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An unsolved murder takes one of Australia’s foremost writers of non-fiction into the 1930s Bohemian demi-monde, exploring the fate of a talented young woman trying to make her way in that artistic, sexualised, ‘liberated’ world.

As enigmatic in life as in death, Mollie Dean was a woman determined to transcend. Creatively ambitious and sexually precocious, at twenty-five she was a poet, aspiring novelist and muse on the peripheries of Melbourne’s bohemian salons – until one night in 1930 she was brutally slain by an unknown killer in a laneway while walking home.

Her family was implicated. Those in her circle, including her acclaimed artist lover Colin Colahan, were shamed. Her memory was anxiously suppressed. Yet the mystery of her death rendered more mysterious her life and Mollie’s story lingered, incorporated into memoir, literature, television, theatre and song, most notably in George Johnston’s classic My Brother Jack.

In A Scandal in Bohemia, Gideon Haigh explodes the true crime genre with a murder story about life as well as death. Armed with only a single photograph and echoes of Mollie’s voice, he has reassembled the precarious life of a talented woman without a room of her own – a true outsider, excluded by the very world that celebrated her in its art. In this work of restorative justice, Mollie Dean emerges as a tenacious, charismatic, independent woman for whom society had no place, and whom everybody tried to forget – but nobody could.


Haigh's narrative takes shape through powerful 'layers of association' ... as much a portrait of Mollie's life and death as it is a portrayal of the city and the society in which she lived.

Australian Book Review

In this latest addition to his true crime oeuvre, Melbourne journalist and polymath Gideon Haigh attempts to uncover Dean's life as well as her death... the book is a fascinating exploration.

The Saturday Paper

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Formats & editions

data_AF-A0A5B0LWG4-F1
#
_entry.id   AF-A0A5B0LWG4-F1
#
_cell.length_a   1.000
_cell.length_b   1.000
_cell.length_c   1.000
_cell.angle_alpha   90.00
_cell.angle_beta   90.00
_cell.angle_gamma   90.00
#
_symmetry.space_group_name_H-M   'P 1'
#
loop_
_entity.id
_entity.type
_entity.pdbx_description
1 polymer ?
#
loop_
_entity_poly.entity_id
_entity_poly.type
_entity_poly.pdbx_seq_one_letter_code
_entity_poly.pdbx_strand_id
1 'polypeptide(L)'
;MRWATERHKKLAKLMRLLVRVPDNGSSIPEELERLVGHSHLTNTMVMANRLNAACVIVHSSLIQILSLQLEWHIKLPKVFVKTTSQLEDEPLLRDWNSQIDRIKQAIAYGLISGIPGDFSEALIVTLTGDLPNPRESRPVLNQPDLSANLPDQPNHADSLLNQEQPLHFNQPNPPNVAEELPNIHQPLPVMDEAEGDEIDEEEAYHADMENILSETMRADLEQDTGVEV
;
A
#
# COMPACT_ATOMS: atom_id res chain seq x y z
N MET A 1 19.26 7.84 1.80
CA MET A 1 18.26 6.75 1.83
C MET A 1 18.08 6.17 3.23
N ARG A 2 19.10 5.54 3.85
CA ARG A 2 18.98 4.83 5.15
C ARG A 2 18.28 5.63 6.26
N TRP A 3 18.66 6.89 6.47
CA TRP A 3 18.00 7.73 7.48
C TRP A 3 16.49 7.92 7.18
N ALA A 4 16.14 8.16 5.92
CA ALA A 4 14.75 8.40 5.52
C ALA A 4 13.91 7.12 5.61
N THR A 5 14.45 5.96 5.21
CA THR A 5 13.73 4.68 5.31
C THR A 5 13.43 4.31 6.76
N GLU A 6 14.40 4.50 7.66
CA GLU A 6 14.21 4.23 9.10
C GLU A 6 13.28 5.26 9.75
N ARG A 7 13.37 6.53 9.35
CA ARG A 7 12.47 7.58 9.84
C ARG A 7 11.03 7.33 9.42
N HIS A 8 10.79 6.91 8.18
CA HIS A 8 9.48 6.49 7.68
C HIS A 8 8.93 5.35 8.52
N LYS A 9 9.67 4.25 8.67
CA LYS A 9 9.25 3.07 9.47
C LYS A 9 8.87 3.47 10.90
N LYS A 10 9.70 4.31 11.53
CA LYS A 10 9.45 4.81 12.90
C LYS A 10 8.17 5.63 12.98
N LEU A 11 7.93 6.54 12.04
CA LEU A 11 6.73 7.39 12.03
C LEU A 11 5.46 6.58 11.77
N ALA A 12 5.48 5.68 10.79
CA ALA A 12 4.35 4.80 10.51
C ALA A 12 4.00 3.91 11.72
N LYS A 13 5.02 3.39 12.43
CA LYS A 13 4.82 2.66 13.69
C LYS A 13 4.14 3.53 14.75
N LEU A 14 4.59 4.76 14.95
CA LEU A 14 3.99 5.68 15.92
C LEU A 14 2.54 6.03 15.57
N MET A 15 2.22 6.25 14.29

• Trade Paperback


    April 2, 2018

    Hamish Hamilton

    RRP $32.99

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    Find your local bookstore at booksellers.org.au

  • EBook


    March 28, 2018

    Penguin eBooks

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For one who spent so much time surrounded by sharp-eyed artists and writers, Mollie Dean would prove a challenge to describe. She was ‘very, very attractive, very beautiful’, thought the painter Colin Colahan, and ‘knew her power with men’. She was ‘not really beautiful but had a certain sultry charm’, countered the playwright Betty Roland, being ‘somewhat sullen-looking with a well-cut sensuous mouth’. Passing moods lit her face from within: one writer thought her ‘plain in repose’; another evoked her ‘dusky glow’. A solitary photograph, widely published, is grainy and flat, lent character only by the eyes’ steady gaze and the jaw’s slight clench. Newspapers made up for its deficiencies with expressive prose: ‘Five feet, six inches [168 cm] in height, dark bobbed hair, dark complexion, well-set determined-looking features, little or no powder on face, slim to medium build’; ‘A good conversationalist, she had a low speaking voice, an excellent thing in a woman. Her avowed preference was for the society of men older than herself – a feeling that inevitably outgrows itself in time.’

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Gideon Haigh Q&A

Elevating the life of the victim above the shocking outcomes of crime.

Also by Gideon Haigh

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Stroke of Genius
Certain Admissions: A Beach, a Body and a Lifetime of Secrets
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End of the Road?: Penguin Special
On Warne
The Deserted Newsroom: Penguin Special
The Office
Spheres Of Influence
The Vincibles
The Ashes 2009
Inside Out
The Racket
Asbestos House
The Uncyclopedia
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Green Is The New Black
The Murder of Allison Baden-Clay
All-American Murder
Red Notice
Mr Nice
The Monster of Florence
Breaking Vegas
Good Cop, Bad War
The Shepherd's Bush Murders
Lethal Force
Remembering Anita Cobby
The Dirty Game
In Pursuit of the Truth
One of the Family
The Secret Train Robber